|Publication number||US2133385 A|
|Publication date||Oct 18, 1938|
|Filing date||May 8, 1937|
|Priority date||May 8, 1937|
|Publication number||US 2133385 A, US 2133385A, US-A-2133385, US2133385 A, US2133385A|
|Inventors||Antony P Freeman|
|Original Assignee||Antony P Freeman|
|Export Citation||BiBTeX, EndNote, RefMan|
|Referenced by (27), Classifications (8)|
|External Links: USPTO, USPTO Assignment, Espacenet|
Oct. 18, 1938. p, FREEMAN 2,133,385
X-RAY GRID AND METHOD OF MAKINGSAME Filed May a. 1957 INVENTOR. ANTONY P. FREEMAN BY 04m.
ATTORNEY Patented Oct. 18, 1938 UNITED STATES X-RAY GRID AND METHOD OF MAKING SAME" Antony P. Freeman,
San Francisco, Calif.
Application May 8, 1937, Serial No. 141,511
This invention relates to X-ray grids and has for one of its objects the provision of a grid which will protect Roentgen images against secondary rays. It also has for an object the provision of a simplified method of manufacturing such X-ray grids.
I am aware of the fact that the prior art shows several devices of this general character, particularly the patent to Gustav Bucky, No. 1,476,048, dated December 4, 1923, but it is to overcome the practical objections to these prior art devices that the present invention was devised.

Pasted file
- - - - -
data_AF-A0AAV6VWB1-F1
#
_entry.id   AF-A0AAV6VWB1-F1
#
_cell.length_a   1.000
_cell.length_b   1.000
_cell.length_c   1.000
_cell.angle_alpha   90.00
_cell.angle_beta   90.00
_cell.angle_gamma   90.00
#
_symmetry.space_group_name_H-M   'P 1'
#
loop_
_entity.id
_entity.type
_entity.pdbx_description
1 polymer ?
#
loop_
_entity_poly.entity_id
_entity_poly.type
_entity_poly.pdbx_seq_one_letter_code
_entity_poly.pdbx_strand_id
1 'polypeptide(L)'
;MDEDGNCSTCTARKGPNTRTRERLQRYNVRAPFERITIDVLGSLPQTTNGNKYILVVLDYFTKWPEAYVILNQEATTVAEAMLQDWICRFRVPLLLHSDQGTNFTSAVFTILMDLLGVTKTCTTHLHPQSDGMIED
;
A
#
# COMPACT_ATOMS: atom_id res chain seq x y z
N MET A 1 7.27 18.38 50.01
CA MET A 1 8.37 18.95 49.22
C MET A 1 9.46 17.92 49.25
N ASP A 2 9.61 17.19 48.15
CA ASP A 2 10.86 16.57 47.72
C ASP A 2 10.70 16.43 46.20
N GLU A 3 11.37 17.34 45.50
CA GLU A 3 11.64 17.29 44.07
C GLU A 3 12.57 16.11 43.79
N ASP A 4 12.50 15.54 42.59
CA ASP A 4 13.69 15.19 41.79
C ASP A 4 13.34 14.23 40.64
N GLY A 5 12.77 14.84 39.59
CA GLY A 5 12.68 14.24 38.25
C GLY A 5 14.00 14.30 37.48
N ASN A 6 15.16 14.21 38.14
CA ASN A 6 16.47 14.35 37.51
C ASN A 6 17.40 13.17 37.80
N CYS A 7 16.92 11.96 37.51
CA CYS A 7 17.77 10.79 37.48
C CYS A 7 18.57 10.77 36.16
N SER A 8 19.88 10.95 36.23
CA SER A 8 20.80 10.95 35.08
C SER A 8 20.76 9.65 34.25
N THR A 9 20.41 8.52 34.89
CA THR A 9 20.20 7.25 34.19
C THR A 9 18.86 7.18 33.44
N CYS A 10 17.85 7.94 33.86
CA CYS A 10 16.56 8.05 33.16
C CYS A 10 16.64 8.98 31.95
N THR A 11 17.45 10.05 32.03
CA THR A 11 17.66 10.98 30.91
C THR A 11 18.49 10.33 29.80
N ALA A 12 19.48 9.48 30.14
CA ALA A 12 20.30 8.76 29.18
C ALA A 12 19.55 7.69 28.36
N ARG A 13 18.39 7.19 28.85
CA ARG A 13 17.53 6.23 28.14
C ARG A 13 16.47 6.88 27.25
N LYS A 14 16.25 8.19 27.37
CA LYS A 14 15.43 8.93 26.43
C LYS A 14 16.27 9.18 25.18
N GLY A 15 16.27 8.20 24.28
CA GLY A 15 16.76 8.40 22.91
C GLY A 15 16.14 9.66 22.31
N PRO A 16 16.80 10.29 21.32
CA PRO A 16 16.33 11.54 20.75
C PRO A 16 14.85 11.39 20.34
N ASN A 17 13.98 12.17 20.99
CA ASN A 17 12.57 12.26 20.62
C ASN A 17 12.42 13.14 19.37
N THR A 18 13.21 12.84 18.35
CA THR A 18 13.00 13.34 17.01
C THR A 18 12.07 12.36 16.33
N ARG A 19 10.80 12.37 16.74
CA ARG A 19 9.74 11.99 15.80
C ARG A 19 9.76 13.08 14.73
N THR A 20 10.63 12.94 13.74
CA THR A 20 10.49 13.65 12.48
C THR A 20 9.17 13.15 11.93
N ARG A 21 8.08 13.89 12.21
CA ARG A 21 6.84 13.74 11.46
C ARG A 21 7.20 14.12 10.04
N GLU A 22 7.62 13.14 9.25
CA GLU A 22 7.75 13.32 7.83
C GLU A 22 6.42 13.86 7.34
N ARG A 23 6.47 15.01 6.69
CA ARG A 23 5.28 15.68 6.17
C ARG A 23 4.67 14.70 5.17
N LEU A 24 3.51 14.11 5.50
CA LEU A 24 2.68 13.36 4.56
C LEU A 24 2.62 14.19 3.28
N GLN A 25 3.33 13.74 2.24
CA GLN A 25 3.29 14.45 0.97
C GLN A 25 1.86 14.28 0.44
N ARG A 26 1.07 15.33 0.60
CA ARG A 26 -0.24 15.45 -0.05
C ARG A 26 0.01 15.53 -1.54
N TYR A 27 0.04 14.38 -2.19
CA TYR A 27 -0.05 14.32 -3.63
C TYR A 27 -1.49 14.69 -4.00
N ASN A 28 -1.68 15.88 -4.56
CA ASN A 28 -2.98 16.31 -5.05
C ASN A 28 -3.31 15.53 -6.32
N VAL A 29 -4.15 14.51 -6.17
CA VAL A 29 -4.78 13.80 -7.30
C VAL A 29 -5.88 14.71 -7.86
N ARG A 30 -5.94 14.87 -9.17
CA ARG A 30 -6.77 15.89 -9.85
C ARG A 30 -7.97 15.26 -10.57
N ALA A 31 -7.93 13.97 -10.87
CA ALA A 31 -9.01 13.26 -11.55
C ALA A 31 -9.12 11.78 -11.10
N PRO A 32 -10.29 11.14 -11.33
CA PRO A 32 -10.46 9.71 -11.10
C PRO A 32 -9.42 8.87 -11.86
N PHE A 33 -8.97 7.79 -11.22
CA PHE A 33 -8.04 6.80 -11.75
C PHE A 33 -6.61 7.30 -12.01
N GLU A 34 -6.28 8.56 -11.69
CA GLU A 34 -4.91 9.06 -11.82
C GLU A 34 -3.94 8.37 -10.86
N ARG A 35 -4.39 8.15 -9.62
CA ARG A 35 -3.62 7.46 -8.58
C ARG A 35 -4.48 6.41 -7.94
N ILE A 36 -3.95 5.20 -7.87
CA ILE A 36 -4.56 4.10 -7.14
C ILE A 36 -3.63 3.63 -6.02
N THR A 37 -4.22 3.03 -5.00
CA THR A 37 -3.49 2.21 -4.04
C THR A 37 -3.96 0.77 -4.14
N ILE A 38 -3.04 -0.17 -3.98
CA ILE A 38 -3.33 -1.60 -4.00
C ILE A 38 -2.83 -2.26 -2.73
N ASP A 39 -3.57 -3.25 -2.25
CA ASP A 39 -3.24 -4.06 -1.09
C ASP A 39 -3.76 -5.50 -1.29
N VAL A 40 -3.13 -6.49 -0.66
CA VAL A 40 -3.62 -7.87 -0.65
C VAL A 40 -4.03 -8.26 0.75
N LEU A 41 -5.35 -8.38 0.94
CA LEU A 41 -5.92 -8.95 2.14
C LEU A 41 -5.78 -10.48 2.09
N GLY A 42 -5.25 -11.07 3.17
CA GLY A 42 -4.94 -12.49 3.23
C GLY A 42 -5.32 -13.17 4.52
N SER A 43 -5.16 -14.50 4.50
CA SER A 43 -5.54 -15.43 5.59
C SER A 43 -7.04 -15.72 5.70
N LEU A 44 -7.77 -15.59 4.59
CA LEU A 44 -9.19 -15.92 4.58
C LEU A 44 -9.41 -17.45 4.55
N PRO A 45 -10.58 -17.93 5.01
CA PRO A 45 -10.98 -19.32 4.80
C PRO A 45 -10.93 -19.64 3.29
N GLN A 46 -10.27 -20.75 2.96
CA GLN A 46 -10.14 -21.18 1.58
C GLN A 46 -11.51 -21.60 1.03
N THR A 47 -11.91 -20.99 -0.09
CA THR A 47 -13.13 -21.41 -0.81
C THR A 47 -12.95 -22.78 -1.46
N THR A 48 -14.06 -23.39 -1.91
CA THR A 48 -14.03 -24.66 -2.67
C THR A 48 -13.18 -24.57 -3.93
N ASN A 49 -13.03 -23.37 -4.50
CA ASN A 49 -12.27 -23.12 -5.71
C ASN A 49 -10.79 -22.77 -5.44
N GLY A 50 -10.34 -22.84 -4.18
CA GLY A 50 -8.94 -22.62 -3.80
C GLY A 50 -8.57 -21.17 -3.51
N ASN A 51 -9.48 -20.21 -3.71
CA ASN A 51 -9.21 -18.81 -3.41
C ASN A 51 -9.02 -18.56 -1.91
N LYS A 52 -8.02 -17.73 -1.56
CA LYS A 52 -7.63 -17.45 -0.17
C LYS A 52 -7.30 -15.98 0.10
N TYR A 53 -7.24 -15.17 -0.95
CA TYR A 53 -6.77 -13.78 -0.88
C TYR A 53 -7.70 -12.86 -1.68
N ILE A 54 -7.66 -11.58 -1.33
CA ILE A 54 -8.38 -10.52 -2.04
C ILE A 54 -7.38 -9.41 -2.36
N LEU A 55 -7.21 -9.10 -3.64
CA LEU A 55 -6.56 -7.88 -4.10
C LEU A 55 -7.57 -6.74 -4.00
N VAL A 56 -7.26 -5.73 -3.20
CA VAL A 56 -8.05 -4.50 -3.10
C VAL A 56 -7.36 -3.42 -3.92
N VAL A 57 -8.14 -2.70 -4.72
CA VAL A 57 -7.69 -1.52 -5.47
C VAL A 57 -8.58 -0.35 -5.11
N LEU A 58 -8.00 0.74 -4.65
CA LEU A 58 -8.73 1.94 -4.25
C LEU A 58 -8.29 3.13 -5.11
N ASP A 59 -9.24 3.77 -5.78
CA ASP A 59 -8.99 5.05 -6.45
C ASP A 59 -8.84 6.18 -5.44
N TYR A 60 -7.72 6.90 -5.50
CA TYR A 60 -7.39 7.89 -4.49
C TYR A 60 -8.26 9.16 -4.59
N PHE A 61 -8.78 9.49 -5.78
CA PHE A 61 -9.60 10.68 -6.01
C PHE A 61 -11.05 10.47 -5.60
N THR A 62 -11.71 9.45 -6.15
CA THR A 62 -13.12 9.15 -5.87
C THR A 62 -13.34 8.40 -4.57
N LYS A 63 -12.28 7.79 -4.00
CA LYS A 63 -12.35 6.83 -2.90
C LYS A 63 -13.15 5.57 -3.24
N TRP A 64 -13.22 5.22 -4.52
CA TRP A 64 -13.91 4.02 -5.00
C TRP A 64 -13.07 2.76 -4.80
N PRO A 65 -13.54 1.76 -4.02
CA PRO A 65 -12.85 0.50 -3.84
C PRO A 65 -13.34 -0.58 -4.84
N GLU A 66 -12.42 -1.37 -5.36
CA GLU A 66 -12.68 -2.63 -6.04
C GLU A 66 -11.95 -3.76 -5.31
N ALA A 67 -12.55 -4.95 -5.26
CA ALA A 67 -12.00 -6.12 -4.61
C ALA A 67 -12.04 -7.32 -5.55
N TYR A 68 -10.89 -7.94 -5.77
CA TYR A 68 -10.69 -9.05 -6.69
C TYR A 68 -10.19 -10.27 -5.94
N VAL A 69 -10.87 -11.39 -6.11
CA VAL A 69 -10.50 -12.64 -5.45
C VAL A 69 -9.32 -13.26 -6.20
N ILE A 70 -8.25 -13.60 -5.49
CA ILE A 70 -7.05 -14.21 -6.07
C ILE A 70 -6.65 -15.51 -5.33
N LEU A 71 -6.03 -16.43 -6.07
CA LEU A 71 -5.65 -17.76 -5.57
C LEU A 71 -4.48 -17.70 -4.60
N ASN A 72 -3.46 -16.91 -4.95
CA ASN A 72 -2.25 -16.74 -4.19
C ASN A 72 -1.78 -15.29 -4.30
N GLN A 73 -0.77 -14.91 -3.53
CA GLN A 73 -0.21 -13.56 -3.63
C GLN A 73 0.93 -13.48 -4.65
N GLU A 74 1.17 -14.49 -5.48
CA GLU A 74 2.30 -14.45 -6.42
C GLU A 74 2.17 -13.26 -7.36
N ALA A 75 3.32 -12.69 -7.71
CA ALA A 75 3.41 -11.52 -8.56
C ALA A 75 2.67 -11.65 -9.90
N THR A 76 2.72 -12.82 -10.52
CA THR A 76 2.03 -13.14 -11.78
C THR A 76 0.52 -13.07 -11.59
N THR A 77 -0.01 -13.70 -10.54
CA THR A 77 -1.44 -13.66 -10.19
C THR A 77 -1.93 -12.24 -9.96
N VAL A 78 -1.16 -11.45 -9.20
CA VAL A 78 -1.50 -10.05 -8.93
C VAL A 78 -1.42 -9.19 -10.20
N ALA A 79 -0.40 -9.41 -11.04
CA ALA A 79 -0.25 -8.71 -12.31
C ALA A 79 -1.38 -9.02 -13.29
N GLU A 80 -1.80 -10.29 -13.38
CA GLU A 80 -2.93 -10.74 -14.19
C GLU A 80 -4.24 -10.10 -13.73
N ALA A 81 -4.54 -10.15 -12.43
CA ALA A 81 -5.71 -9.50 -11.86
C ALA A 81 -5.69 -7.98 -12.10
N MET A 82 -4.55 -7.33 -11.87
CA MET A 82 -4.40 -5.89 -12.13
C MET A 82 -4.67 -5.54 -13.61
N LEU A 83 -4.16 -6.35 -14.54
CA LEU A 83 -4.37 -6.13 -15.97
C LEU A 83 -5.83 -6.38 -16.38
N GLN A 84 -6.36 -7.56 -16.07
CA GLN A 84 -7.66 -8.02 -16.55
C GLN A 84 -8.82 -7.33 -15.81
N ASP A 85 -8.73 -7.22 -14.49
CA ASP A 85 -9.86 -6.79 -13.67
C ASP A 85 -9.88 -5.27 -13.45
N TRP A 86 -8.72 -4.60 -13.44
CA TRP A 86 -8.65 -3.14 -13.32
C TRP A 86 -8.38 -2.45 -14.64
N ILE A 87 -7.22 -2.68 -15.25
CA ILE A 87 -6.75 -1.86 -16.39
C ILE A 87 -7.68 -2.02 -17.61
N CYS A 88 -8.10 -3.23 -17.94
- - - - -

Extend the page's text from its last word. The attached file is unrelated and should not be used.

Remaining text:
It has come to my attention that the known structures are not adaptable or completely satisfactory for practical X-ray work. For instance, substantially all of them are too bulky and require far too much space between the object to be photographed and the plate. An example of this is noted in preparing plates of suspected cranial injuries. There it frequently becomes necessary to strap the plate directly upon the patients head to obtain the best results. Here. it will be appreciated, it is impractical to use a grid which is bulky in constructon or which, due to its particular design, has to be shifted or moved at intervals to avoid leaving objectionable marks on the plate.
Furthermore, in comparing the present invention with the prior art, it should be definitely borne in mind that the known slatted grid structures do not exclude or intercept such secondary radiation as will be found to lie in the planes of the permeable interstices. The present inention contemplates the correction of this condition.